It would seem that the men’s Internet activity – visits to various jihadi websites – and a tip-off prompted the raids. Zeeman was to claim in court papers that the raid discovered chemicals, computers and videos containing brutal beheadings.20 According to police explosives expert Captain Bester, the chemicals in the men’s possession – hydrochloric acid, acetone and peroxide, which were hidden the under bed of one of the accused – were according to the formula downloaded from the Internet to make improvised explosive devices.21 The accused men in turn referred to the chemicals as ‘pool cleaner, paint remover and bleach’.22 As for the Internet downloads from jihadi websites, Jonker stated that the information that he downloaded was freely available and legal to download.23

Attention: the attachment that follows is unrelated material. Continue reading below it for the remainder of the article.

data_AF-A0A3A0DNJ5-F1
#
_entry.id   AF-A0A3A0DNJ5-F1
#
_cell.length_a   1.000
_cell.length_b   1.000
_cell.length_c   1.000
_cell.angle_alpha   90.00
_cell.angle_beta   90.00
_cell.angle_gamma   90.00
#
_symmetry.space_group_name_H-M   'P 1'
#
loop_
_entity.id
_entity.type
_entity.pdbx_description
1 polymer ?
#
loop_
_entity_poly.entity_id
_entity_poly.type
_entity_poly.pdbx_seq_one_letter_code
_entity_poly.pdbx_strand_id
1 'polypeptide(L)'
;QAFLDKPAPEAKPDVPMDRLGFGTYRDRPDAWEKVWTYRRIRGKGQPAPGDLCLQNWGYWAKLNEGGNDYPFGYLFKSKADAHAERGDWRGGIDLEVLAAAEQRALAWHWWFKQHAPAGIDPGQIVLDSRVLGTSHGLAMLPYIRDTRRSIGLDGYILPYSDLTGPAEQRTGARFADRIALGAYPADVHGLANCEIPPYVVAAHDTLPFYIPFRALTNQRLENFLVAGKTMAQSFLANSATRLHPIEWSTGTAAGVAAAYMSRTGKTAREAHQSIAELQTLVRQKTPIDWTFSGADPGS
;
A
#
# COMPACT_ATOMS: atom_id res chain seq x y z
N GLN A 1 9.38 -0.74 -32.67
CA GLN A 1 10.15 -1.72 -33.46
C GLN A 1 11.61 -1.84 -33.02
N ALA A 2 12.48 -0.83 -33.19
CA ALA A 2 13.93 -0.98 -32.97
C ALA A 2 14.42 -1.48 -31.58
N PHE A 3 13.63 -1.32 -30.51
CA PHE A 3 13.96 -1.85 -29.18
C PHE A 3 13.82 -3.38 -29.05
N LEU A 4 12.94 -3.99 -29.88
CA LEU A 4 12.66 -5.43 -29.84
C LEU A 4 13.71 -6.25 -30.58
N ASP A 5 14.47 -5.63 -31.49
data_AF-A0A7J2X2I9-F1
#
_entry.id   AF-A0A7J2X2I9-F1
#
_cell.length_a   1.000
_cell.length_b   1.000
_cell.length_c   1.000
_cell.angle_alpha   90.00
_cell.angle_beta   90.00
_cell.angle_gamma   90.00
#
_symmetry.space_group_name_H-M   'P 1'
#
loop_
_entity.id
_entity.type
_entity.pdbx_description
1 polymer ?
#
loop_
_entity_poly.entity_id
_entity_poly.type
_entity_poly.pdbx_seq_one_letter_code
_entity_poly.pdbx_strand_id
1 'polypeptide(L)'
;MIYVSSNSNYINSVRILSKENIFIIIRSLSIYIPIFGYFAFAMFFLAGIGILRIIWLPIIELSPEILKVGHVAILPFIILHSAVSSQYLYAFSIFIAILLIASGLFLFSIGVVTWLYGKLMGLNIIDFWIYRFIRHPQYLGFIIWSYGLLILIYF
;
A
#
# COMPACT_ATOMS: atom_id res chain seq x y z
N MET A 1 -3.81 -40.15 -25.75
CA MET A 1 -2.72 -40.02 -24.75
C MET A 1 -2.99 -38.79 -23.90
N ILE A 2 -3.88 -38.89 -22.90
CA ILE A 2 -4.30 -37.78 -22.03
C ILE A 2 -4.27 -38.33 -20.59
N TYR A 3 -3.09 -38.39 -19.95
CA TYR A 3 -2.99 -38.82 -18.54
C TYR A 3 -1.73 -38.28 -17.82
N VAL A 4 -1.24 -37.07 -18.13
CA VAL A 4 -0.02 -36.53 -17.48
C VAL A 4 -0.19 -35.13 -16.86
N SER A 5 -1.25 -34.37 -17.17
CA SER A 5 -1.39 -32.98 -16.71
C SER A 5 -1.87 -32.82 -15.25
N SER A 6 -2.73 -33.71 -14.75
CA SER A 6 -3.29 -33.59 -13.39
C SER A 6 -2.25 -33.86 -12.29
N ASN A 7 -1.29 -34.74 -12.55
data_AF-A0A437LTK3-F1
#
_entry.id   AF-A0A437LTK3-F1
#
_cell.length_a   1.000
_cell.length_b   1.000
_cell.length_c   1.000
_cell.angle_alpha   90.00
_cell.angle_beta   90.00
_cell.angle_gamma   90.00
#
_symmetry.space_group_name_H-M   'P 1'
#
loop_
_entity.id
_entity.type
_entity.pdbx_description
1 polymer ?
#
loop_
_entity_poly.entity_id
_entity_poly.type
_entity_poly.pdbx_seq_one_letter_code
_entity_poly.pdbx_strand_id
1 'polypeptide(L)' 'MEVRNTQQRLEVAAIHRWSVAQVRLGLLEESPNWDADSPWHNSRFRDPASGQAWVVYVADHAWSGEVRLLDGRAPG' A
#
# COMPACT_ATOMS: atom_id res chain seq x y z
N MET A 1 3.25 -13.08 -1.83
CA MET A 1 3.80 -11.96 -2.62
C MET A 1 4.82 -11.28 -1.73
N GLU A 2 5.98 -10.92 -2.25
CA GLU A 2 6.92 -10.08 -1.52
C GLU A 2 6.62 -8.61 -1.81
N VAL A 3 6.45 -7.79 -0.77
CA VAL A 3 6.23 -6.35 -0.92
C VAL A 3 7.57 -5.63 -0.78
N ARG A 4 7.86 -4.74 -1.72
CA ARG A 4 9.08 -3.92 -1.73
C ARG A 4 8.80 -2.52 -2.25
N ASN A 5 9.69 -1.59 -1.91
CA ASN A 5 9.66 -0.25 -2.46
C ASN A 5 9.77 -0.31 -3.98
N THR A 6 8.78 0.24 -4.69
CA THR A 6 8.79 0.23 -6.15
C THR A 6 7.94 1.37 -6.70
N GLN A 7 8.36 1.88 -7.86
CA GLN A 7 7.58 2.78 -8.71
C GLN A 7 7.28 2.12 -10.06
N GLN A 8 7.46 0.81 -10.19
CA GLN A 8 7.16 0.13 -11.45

Jonker and Hartley went to court to challenge the search and seizure warrants issued by the magistrate, with their lawyer demanding the full disclosure of the contents of the affidavit that led to the warrant being issued.24 Zeeman, meanwhile, asked the judge to place a ‘gag’on certain parts of the affidavit used to grant the search warrants as it contained ‘sensitive information’.25 However, in March 2008 when the case went to court, the presiding judge, Justice Bennie Griesel, told the men’s lawyers that he had not seen the state’s opposing papers. It subsequently emerged that a deal was struck between the accused men and the state that resulted in the case being dropped and the material seized in the raid being returned.26